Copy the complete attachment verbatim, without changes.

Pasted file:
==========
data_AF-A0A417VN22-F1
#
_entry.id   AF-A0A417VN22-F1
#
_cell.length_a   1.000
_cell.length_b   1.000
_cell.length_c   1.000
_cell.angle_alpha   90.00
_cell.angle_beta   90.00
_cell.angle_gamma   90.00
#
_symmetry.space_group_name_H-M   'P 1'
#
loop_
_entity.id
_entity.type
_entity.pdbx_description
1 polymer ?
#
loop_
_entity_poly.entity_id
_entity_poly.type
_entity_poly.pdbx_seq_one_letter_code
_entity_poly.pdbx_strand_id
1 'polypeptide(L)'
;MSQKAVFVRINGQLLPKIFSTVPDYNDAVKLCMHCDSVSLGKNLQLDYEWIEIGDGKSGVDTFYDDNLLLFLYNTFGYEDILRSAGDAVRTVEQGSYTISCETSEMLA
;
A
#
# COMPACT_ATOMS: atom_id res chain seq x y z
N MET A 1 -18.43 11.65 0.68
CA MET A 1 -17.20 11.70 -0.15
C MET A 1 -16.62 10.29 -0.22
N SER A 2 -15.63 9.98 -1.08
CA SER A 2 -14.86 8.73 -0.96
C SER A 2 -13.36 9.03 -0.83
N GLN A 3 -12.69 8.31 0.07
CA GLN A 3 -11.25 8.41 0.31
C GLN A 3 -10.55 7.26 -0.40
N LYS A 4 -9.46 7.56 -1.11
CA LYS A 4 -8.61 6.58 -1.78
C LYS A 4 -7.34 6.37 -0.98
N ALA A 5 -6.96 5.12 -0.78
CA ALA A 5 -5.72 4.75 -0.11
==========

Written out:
data_AF-A0A417VN22-F1
#
_entry.id   AF-A0A417VN22-F1
#
_cell.length_a   1.000
_cell.length_b   1.000
_cell.length_c   1.000
_cell.angle_alpha   90.00
_cell.angle_beta   90.00
_cell.angle_gamma   90.00
#
_symmetry.space_group_name_H-M   'P 1'
#
loop_
_entity.id
_entity.type
_entity.pdbx_description
1 polymer ?
#
loop_
_entity_poly.entity_id
_entity_poly.type
_entity_poly.pdbx_seq_one_letter_code
_entity_poly.pdbx_strand_id
1 'polypeptide(L)'
;MSQKAVFVRINGQLLPKIFSTVPDYNDAVKLCMHCDSVSLGKNLQLDYEWIEIGDGKSGVDTFYDDNLLLFLYNTFGYEDILRSAGDAVRTVEQGSYTISCETSEMLA
;
A
#
# COMPACT_ATOMS: atom_id res chain seq x y z
N MET A 1 -18.43 11.65 0.68
CA MET A 1 -17.20 11.70 -0.15
C MET A 1 -16.62 10.29 -0.22
N SER A 2 -15.63 9.98 -1.08
CA SER A 2 -14.86 8.73 -0.96
C SER A 2 -13.36 9.03 -0.83
N GLN A 3 -12.69 8.31 0.07
CA GLN A 3 -11.25 8.41 0.31
C GLN A 3 -10.55 7.26 -0.40
N LYS A 4 -9.46 7.56 -1.11
CA LYS A 4 -8.61 6.58 -1.78
C LYS A 4 -7.34 6.37 -0.98
N ALA A 5 -6.96 5.12 -0.78
CA ALA A 5 -5.72 4.75 -0.11